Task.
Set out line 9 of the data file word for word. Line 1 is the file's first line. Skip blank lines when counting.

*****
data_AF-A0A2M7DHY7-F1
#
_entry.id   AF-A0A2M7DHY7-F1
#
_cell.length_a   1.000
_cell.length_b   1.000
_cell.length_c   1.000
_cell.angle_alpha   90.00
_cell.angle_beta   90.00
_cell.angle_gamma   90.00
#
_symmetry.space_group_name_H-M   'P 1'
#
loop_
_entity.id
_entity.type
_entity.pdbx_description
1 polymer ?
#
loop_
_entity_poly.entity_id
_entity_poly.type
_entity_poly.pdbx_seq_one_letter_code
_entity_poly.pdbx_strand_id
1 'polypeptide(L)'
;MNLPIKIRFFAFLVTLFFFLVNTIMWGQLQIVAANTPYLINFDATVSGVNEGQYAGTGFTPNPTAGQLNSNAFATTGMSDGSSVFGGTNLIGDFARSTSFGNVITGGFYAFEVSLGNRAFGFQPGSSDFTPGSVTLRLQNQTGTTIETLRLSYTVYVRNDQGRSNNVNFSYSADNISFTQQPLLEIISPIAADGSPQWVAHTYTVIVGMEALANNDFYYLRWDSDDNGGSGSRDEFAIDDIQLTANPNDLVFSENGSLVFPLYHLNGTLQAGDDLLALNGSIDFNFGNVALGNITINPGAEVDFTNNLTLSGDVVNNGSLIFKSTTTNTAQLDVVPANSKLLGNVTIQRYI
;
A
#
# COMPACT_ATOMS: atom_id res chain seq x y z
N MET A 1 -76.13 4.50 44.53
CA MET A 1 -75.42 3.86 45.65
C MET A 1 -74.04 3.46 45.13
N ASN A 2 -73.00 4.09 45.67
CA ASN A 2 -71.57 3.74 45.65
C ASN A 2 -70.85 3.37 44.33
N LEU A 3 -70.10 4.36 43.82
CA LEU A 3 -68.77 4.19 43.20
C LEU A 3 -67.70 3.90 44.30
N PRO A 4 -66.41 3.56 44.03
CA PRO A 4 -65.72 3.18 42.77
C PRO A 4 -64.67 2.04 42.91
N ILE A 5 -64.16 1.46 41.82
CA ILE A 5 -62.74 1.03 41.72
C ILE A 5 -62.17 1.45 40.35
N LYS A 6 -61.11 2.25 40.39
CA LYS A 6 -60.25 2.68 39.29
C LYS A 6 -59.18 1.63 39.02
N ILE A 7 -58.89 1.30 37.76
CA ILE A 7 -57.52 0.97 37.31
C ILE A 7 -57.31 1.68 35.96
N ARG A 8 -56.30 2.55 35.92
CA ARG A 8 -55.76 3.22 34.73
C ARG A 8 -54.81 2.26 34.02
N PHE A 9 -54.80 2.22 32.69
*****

_cell.angle_beta   90.00